Animal Adjectives


Thanks to Maeve Maddox at for this idea.

Not long ago, I posted an article and graphic about the creative and varied names for animal groups. Today, I’d like to talk about animal-related adjectives.

If something is like a dog, it’s canine. Cat-like things are feline. If something is related to cows, it’s bovine. Horsey things are equine. Most of us recognize these. What about aquiline? Some noses are described that way. Did you know it means eagle-like? I didn’t until recently. Nor did I know that there were dozens of such adjectives. Below is just a sampling:

  • ant: formicine
  • antelope: alcelaphine
  • ass: asinine
  • bear: ursine
  • bee: apian
  • bird: avian
  • bull: taurine
  • buzzard: buteonine
  • camel: cameline
  • deer/elk/moose: cervine
  • chicken: galline
  • crow: corvine
  • dog: canine
  • dolphin: delphine
  • dove: columbine
  • elephant: elephantine
  • fish: piscine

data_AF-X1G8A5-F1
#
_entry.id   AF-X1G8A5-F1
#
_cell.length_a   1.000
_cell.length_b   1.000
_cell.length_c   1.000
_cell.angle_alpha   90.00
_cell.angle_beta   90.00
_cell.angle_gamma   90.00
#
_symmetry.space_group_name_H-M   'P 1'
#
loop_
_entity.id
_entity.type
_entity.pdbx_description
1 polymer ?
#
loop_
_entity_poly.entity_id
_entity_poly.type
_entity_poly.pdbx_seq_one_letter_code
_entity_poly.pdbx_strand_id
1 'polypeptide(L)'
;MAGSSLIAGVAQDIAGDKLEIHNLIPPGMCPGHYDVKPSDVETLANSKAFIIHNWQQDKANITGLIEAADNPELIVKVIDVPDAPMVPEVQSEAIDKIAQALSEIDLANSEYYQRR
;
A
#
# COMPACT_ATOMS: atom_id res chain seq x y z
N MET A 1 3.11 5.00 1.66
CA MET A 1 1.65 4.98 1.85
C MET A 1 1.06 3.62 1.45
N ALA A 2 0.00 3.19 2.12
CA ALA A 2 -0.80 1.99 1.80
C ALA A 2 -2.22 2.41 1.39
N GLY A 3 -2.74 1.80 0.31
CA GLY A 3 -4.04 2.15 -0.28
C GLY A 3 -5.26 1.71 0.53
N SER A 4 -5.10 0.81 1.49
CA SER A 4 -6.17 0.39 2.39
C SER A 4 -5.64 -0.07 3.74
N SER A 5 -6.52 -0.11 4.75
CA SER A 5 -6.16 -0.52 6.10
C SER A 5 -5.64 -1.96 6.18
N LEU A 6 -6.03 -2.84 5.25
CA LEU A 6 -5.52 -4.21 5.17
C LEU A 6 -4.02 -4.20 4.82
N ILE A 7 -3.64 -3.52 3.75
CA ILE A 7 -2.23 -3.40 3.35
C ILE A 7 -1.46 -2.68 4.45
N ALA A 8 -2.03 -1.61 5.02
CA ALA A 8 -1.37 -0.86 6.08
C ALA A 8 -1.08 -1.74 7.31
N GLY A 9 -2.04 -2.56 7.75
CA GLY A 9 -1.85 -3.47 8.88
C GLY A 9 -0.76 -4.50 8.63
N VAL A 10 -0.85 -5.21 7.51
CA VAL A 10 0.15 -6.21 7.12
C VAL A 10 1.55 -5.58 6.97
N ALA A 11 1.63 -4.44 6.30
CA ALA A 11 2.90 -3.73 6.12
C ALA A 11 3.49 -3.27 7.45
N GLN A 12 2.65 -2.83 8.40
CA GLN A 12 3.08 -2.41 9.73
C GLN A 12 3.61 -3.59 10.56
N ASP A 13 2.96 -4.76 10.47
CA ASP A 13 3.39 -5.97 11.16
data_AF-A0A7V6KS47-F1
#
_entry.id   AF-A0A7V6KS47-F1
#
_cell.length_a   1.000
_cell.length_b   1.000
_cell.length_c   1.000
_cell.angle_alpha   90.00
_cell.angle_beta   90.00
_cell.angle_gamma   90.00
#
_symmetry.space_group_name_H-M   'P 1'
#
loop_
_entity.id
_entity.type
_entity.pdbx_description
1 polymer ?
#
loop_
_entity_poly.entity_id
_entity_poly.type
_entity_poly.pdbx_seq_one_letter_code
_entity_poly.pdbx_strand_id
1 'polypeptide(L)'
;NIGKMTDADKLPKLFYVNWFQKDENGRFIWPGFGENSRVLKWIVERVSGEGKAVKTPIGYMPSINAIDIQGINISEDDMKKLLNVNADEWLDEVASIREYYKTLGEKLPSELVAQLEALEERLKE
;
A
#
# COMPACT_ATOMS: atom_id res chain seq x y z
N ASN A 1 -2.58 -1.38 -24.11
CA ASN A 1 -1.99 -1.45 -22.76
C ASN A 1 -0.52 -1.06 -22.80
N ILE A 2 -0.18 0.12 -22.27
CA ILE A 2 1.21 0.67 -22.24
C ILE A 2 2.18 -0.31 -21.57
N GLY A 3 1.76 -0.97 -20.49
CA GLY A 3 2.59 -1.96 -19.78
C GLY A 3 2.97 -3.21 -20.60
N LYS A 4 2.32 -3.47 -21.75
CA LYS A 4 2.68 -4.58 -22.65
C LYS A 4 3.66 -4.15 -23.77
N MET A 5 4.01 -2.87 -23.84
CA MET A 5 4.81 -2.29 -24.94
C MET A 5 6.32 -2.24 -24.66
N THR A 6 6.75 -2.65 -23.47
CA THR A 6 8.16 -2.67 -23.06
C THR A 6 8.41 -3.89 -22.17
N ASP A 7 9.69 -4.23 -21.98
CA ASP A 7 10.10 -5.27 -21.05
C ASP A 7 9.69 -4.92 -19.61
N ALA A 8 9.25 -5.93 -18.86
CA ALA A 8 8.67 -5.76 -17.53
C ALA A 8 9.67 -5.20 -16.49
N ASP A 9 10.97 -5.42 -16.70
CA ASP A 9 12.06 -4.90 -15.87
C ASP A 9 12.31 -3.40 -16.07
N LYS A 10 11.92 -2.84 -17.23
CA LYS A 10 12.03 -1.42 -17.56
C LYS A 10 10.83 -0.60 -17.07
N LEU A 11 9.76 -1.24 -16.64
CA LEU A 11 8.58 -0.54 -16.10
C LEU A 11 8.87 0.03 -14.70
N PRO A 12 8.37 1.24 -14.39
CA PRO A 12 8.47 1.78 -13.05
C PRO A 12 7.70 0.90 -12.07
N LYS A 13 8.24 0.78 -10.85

• flea: pulicine
  • fox: vulpine
  • frog: ranine
  • giraffe: giraffine
  • hamster/gerbil: cricetine
  • hornet/wasp: vespine
  • horse: equine
  • kangaroo:macropine
  • leopard: pardine
  • lion: leonine
  • monkey: cercopithecine or simian
  • mouse/rat: murine
  • octopus: octopine
  • owl: strigine
  • peacock: pavonine
  • pig: porcine
  • porcupine: hystricine
  • rabbit: lapine
  • rattlesnake: crotaline
  • reptile: reptilian
  • rhinoceros: ceratorhine
  • seal: phocine
  • serpent: serpentine
  • sheep: ovine
  • skunk: mephitine
  • squirrel: sciurine
  • swan: cygnine
  • tiger: tigrine
  • tortoise: testudine
  • turtle: chelonian
  • wolf: lupine
  • viper: viperine
  • zebra: hippotigrine

Here’s a pinnable version:

About the Author

Brian WaskoBrian is the founder and president of One of his passions is to teach young people how to write better.View all posts by Brian Wasko

  1. Grammar Nut
    Grammar Nut02-21-2014

    Fascinating. I didn’t know lupine was wolf-related.

    • Will Egan
      Will Egan02-26-2014

      I knew that from Latin.

    • Quentin W. Buetow
      Quentin W. Buetow03-25-2016

      Considering the Latin origins and etymology of “lupus”, I can’t imagine WHY this would be unknown or even the least bit surprising.

      lupus (n.) late 14c., used of several diseases that cause ulcerations of the skin, from Medieval Latin lupus, from Latin lupus “wolf” (see wolf (n.)), apparently because it “devours” the affected part.

  2. CJ

    Ohhh, that’s a nice resource to have!

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